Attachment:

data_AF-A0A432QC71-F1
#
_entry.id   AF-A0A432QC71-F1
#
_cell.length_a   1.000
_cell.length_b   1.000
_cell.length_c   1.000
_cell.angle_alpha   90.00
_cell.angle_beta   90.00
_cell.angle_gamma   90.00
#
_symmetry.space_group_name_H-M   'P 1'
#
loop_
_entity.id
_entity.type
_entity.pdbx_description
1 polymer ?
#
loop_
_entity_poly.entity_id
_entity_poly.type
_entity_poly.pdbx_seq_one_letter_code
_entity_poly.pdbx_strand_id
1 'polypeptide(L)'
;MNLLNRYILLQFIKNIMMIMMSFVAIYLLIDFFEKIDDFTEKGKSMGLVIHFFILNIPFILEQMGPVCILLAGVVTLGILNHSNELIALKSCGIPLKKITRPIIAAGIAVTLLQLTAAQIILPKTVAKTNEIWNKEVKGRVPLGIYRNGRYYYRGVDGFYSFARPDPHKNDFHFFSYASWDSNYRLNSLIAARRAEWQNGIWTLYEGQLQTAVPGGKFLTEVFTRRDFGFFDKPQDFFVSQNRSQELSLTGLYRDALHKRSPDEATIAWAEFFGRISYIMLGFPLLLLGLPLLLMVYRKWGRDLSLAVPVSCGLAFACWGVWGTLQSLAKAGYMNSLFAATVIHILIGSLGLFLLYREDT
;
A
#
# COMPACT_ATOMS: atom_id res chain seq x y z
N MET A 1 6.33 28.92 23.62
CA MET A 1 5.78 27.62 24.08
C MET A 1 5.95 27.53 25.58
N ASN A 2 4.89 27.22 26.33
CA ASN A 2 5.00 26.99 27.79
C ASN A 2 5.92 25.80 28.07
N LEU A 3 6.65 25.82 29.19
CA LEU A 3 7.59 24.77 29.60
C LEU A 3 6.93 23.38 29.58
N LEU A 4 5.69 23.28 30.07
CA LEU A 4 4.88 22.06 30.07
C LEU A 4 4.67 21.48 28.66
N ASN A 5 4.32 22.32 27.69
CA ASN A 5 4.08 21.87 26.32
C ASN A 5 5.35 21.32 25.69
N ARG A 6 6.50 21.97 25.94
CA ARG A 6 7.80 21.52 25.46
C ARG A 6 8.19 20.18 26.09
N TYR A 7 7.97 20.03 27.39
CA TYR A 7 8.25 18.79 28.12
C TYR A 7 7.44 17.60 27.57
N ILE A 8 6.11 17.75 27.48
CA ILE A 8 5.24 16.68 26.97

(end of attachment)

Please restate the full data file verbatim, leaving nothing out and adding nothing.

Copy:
data_AF-A0A432QC71-F1
#
_entry.id   AF-A0A432QC71-F1
#
_cell.length_a   1.000
_cell.length_b   1.000
_cell.length_c   1.000
_cell.angle_alpha   90.00
_cell.angle_beta   90.00
_cell.angle_gamma   90.00
#
_symmetry.space_group_name_H-M   'P 1'
#
loop_
_entity.id
_entity.type
_entity.pdbx_description
1 polymer ?
#
loop_
_entity_poly.entity_id
_entity_poly.type
_entity_poly.pdbx_seq_one_letter_code
_entity_poly.pdbx_strand_id
1 'polypeptide(L)'
;MNLLNRYILLQFIKNIMMIMMSFVAIYLLIDFFEKIDDFTEKGKSMGLVIHFFILNIPFILEQMGPVCILLAGVVTLGILNHSNELIALKSCGIPLKKITRPIIAAGIAVTLLQLTAAQIILPKTVAKTNEIWNKEVKGRVPLGIYRNGRYYYRGVDGFYSFARPDPHKNDFHFFSYASWDSNYRLNSLIAARRAEWQNGIWTLYEGQLQTAVPGGKFLTEVFTRRDFGFFDKPQDFFVSQNRSQELSLTGLYRDALHKRSPDEATIAWAEFFGRISYIMLGFPLLLLGLPLLLMVYRKWGRDLSLAVPVSCGLAFACWGVWGTLQSLAKAGYMNSLFAATVIHILIGSLGLFLLYREDT
;
A
#
# COMPACT_ATOMS: atom_id res chain seq x y z
N MET A 1 6.33 28.92 23.62
CA MET A 1 5.78 27.62 24.08
C MET A 1 5.95 27.53 25.58
N ASN A 2 4.89 27.22 26.33
CA ASN A 2 5.00 26.99 27.79
C ASN A 2 5.92 25.80 28.07
N LEU A 3 6.65 25.82 29.19
CA LEU A 3 7.59 24.77 29.60
C LEU A 3 6.93 23.38 29.58
N LEU A 4 5.69 23.28 30.07
CA LEU A 4 4.88 22.06 30.07
C LEU A 4 4.67 21.48 28.66
N ASN A 5 4.32 22.32 27.69
CA ASN A 5 4.08 21.87 26.32
C ASN A 5 5.35 21.32 25.69
N ARG A 6 6.50 21.97 25.94
CA ARG A 6 7.80 21.52 25.46
C ARG A 6 8.19 20.18 26.09
N TYR A 7 7.97 20.03 27.39
CA TYR A 7 8.25 18.79 28.12
C TYR A 7 7.44 17.60 27.57
N ILE A 8 6.11 17.75 27.48
CA ILE A 8 5.24 16.68 26.97